Birth outcomes after spontaneous or assisted conception among infertile Australian women aged 28 to 36 years: a prospective, population-based study

More than 40% of Australian women aged 28 to 36 years with a history of infertility can achieve births without using fertility treatment, indicating they are subfertile rather than infertile.

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Danielle L. Herbert, Ph.D., Jayne C. Lucke, Ph.D., Annette J. Dobson, Ph.D.

Volume 97, Issue 3, Pages 630-638



To examine the extent to which the odds of birth, pregnancy, or adverse birth outcomes are higher among women aged 28 to 36 years who use fertility treatment compared with untreated women.


Prospective, population-based.


Not applicable.


Participants in the ALSWH born in 1973 to 1978 who reported on their infertility and use of in vitro fertilization (IVF) or ovulation induction (OI).


Postal survey questionnaires administered as part of ALSWH.

Main Outcome Measure(s):

Among women treated with IVF or OI and untreated women, the odds of birth outcomes estimated by use of adjusted logistic regression modeling.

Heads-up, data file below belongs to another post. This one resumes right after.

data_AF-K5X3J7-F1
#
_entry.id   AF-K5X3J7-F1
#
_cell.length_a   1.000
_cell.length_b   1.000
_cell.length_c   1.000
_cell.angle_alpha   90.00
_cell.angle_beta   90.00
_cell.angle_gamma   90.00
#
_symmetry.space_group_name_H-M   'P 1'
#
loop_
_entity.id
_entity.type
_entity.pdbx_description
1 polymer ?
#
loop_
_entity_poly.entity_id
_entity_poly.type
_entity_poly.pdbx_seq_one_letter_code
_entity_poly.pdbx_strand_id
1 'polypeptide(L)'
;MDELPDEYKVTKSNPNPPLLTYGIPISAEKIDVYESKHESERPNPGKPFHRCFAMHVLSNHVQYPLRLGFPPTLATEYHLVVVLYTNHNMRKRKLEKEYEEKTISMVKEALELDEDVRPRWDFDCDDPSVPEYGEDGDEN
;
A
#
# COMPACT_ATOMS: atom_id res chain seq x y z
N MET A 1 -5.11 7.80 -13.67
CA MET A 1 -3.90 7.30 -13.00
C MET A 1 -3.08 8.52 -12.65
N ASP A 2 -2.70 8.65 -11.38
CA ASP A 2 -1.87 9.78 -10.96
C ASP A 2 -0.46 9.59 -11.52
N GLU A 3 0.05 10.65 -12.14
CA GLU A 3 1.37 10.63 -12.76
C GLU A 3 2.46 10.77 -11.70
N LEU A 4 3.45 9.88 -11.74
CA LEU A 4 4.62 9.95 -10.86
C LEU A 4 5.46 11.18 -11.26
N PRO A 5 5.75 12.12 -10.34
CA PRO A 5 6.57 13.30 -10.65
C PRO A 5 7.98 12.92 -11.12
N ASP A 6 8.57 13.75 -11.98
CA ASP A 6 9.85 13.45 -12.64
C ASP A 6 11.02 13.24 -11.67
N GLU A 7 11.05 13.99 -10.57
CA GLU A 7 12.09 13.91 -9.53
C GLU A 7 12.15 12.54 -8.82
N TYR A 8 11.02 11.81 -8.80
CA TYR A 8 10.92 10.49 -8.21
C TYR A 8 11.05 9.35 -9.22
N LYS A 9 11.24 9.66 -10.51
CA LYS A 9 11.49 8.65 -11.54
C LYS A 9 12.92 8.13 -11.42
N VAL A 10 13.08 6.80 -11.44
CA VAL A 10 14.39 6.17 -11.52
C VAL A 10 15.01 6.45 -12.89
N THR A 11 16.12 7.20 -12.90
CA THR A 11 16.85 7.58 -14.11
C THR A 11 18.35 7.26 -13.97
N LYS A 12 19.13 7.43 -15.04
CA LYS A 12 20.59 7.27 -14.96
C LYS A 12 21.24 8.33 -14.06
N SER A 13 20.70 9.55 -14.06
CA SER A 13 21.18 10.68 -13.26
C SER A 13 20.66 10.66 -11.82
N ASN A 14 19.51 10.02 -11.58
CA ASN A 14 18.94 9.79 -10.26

Among 7,280 women, 18.6% (n = 1,376) reported infertility. Half (53.0%) of the treated women gave birth compared with 43.8% of untreated women. Women with prior parity were less likely to use IVF compared with nulliparous women. Women using IVF or OI, respectively, were more likely to have given birth after treatment or be pregnant compared with untreated women. Women using IVF or OI were as likely to have ectopic pregnancies, stillbirths, or premature or low birthweight babies as untreated women.


More than 40% of women aged 28–36 years reporting a history of infertility can achieve births without using treatment, indicating they are subfertile rather than infertile.

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Fertility and Sterility

Editorial Office, American Society for Reproductive Medicine

Fertility and Sterility® is an international journal for obstetricians, gynecologists, reproductive endocrinologists, urologists, basic scientists and others who treat and investigate problems of infertility and human reproductive disorders. The journal publishes juried original scientific articles in clinical and laboratory research relevant to reproductive endocrinology, urology, andrology, physiology, immunology, genetics, contraception, and menopause. Fertility and Sterility® encourages and supports meaningful basic and clinical research, and facilitates and promotes excellence in professional education, in the field of reproductive medicine.